Some Suggested Readings: How to Read an Opinion and Impeachment.

I'll be away from the blog next week, so I thought I might provide some suggestions for law-related reading while I am away.

While I know some of my readers did go to law school, most of you did not.  I have referred and will continue to refer to court opinions, mostly the U. S.  Supreme Court and the federal appellate courts.  Reading an opinion for the first time can be intimidating, but it's well worth the effort.  Happily, I just came across a wonderful piece by Orin Kerr, a professor at George Washington Law School, entitled "How to Read A Legal Opinion: A Guide For New Law Students".  A model of clarity, it gives you all you need to try your hand at opinion reading.  You can read it here (click on the link and then click "Download this Paper").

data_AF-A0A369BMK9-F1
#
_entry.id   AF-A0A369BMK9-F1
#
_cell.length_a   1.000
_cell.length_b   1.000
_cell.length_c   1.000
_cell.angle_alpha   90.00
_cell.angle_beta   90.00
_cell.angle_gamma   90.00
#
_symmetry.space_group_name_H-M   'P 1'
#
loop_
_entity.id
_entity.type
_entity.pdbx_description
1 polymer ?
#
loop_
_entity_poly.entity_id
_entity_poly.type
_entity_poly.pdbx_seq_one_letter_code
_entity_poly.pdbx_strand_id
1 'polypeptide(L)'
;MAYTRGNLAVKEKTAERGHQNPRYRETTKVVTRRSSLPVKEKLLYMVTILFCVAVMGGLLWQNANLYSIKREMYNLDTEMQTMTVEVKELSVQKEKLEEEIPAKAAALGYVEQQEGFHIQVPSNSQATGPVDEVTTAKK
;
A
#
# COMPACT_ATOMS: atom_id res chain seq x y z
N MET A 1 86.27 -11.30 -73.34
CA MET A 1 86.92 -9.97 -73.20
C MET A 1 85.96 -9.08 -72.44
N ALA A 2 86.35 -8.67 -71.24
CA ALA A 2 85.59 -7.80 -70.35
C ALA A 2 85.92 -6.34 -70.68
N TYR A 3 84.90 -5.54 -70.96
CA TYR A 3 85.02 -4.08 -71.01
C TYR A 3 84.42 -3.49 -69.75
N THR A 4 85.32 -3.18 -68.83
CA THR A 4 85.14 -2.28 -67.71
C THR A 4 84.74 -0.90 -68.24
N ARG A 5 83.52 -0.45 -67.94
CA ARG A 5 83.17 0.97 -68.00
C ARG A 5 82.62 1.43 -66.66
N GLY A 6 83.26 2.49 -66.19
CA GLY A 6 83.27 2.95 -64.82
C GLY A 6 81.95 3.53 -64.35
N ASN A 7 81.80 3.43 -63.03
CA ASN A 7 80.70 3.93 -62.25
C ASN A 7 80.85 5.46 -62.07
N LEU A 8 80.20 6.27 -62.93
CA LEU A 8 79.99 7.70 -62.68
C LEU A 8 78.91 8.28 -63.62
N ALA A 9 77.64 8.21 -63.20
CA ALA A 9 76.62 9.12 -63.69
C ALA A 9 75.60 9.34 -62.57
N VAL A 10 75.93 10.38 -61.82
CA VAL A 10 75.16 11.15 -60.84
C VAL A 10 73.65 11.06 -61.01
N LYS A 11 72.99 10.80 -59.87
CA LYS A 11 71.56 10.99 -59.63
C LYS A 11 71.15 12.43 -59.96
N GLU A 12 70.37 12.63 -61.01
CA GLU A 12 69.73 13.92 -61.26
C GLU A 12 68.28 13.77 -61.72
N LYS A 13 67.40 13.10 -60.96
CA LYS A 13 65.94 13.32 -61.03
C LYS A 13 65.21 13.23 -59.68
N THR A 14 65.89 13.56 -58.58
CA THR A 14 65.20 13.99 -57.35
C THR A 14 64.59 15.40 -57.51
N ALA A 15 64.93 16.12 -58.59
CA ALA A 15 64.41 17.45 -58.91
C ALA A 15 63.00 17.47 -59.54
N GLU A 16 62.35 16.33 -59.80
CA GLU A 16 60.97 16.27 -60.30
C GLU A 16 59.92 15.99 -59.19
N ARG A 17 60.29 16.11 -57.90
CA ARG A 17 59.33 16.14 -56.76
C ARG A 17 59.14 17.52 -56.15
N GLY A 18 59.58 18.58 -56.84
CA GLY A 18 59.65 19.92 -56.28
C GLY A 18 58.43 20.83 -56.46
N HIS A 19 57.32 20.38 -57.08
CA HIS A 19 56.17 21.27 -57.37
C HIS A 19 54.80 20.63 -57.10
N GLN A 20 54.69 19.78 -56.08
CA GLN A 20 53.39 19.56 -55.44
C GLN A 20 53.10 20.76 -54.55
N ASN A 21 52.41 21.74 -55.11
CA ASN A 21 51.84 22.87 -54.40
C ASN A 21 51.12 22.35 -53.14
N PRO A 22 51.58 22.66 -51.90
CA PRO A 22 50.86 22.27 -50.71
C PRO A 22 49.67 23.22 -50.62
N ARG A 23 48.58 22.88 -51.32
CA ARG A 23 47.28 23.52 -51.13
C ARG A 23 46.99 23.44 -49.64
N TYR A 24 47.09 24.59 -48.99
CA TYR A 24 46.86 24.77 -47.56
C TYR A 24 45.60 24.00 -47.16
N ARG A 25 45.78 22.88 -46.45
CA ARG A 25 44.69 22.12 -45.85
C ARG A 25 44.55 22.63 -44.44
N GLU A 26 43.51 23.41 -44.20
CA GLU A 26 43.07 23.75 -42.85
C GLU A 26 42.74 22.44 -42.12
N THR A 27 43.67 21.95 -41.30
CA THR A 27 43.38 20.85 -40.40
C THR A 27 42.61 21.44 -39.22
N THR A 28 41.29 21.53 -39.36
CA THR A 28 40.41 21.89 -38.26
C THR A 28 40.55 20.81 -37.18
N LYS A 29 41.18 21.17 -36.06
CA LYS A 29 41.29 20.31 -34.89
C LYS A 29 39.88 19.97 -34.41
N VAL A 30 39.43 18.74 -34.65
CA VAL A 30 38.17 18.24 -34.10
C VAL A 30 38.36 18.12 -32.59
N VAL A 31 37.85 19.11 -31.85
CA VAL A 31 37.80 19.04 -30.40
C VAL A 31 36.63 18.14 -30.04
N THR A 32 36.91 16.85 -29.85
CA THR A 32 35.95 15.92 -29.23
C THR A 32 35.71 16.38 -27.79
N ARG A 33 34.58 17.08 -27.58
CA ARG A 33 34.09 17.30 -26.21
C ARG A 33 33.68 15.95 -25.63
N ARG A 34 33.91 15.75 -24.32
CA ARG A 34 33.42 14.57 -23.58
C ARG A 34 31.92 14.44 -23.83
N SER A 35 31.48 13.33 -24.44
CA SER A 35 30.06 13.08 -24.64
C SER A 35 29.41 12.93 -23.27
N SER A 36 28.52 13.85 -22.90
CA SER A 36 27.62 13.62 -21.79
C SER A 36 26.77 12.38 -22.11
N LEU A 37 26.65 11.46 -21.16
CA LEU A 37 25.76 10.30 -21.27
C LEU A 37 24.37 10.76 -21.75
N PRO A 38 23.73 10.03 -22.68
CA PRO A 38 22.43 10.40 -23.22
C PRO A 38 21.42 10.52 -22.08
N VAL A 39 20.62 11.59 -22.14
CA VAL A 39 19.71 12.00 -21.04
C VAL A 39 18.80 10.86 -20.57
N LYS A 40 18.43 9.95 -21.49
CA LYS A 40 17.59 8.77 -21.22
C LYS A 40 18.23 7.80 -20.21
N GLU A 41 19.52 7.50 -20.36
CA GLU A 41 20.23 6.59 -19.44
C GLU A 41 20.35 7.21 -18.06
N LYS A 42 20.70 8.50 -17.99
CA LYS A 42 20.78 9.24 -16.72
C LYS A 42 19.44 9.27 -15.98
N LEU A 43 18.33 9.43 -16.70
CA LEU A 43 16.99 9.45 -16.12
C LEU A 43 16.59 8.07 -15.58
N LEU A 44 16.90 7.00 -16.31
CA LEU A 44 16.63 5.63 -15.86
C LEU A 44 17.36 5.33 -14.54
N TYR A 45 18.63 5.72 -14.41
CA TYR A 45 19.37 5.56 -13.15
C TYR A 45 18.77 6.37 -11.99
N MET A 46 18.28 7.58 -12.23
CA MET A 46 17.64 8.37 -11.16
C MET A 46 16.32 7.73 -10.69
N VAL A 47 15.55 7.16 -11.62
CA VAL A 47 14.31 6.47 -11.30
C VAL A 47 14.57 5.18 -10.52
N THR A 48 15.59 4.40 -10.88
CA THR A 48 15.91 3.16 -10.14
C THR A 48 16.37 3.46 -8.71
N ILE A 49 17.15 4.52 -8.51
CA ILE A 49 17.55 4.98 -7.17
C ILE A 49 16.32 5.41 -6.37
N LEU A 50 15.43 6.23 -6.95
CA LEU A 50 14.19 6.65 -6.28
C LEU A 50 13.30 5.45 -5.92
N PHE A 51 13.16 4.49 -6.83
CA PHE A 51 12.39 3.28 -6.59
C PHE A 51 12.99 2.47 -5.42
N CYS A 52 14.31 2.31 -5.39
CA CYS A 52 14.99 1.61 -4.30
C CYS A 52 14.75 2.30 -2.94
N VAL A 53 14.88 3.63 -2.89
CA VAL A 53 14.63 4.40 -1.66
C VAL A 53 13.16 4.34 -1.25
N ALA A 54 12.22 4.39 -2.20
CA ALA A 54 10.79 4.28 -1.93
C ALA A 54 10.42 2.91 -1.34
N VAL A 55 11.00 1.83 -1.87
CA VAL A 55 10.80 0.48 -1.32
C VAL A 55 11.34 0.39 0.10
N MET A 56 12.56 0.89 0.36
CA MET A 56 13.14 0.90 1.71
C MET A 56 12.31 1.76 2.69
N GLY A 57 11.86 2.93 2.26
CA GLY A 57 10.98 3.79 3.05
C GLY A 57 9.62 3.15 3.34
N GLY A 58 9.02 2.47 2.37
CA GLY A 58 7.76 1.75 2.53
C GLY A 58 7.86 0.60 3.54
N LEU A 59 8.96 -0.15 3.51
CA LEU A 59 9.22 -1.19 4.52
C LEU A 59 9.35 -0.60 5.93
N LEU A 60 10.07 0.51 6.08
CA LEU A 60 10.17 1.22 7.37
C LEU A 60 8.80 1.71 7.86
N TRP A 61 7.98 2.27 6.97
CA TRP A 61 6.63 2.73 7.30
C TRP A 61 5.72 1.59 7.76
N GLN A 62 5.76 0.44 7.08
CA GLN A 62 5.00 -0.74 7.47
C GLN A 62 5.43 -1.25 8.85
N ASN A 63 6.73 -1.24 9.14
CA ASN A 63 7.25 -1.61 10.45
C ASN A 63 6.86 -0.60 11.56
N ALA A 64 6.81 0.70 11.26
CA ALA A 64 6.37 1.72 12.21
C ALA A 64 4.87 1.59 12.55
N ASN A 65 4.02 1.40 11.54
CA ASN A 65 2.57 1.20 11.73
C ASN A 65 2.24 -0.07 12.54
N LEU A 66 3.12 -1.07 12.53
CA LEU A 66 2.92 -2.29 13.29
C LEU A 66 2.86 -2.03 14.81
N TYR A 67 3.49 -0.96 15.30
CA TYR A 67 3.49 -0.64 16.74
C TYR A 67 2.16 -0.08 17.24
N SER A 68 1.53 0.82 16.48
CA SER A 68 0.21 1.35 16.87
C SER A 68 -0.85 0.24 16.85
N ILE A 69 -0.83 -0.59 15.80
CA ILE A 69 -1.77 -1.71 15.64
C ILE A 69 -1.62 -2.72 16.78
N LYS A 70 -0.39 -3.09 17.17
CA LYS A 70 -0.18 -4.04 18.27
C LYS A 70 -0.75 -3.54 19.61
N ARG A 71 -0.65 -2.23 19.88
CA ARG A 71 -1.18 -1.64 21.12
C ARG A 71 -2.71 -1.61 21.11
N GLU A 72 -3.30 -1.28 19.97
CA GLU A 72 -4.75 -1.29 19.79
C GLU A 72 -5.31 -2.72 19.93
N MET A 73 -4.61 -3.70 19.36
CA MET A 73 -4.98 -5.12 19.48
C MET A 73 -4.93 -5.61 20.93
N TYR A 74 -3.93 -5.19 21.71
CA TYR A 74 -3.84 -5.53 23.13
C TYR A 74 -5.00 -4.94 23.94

I have just finished reading Impeachment: A Handbook by Charles L. Black, Jr. Originally written in the spring of 1974 before the Nixon impeachment, this marvelously lucid 69-page book (80 if you count the Appendices) gives you everything you need to know about the procedure of impeachment, what is (or might be) an impeachable offense, and the role of courts in impeachment.  At less than $10 from Amazon (paperback or e-book), I think it deserves a place on everyone's reading list.  Of course, we don't know if the Trump presidency will come to that, but if you read Black's book you'll be an informed citizen if that day comes.

Finally, check out LII at Cornell Law School.  Whether it's the Constitution, U. S. Code, U. S. Supreme Court, or Wex, their Wikipedia-like legal dictionary and encyclopedia, it's just a fantastic resource for legal information.  It has its own place on my desktop.

Enjoy, and I'll be back the week after next.
  



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